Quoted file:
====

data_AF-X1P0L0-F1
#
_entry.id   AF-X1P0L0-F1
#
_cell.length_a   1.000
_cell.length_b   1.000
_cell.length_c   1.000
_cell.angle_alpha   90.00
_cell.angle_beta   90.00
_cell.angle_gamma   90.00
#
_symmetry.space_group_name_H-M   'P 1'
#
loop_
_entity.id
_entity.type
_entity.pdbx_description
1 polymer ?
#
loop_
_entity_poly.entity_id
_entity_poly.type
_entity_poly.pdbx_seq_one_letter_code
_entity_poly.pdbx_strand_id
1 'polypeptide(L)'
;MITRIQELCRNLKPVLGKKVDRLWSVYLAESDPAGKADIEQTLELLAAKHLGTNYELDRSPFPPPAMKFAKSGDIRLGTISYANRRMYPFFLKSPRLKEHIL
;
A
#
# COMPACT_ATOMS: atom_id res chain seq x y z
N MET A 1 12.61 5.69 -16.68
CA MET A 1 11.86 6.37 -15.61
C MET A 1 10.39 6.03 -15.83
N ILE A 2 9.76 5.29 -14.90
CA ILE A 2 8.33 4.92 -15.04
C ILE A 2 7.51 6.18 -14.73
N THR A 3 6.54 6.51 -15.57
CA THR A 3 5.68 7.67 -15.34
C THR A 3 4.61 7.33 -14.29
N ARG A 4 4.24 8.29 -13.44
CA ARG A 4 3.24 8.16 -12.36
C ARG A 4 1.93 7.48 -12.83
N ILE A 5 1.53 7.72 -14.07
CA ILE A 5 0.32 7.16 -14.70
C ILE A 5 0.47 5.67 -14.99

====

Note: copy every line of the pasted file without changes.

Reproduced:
data_AF-X1P0L0-F1
#
_entry.id   AF-X1P0L0-F1
#
_cell.length_a   1.000
_cell.length_b   1.000
_cell.length_c   1.000
_cell.angle_alpha   90.00
_cell.angle_beta   90.00
_cell.angle_gamma   90.00
#
_symmetry.space_group_name_H-M   'P 1'
#
loop_
_entity.id
_entity.type
_entity.pdbx_description
1 polymer ?
#
loop_
_entity_poly.entity_id
_entity_poly.type
_entity_poly.pdbx_seq_one_letter_code
_entity_poly.pdbx_strand_id
1 'polypeptide(L)'
;MITRIQELCRNLKPVLGKKVDRLWSVYLAESDPAGKADIEQTLELLAAKHLGTNYELDRSPFPPPAMKFAKSGDIRLGTISYANRRMYPFFLKSPRLKEHIL
;
A
#
# COMPACT_ATOMS: atom_id res chain seq x y z
N MET A 1 12.61 5.69 -16.68
CA MET A 1 11.86 6.37 -15.61
C MET A 1 10.39 6.03 -15.83
N ILE A 2 9.76 5.29 -14.90
CA ILE A 2 8.33 4.92 -15.04
C ILE A 2 7.51 6.18 -14.73
N THR A 3 6.54 6.51 -15.57
CA THR A 3 5.68 7.67 -15.34
C THR A 3 4.61 7.33 -14.29
N ARG A 4 4.24 8.29 -13.44
CA ARG A 4 3.24 8.16 -12.36
C ARG A 4 1.93 7.48 -12.83
N ILE A 5 1.53 7.72 -14.07
CA ILE A 5 0.32 7.16 -14.70
C ILE A 5 0.47 5.67 -14.99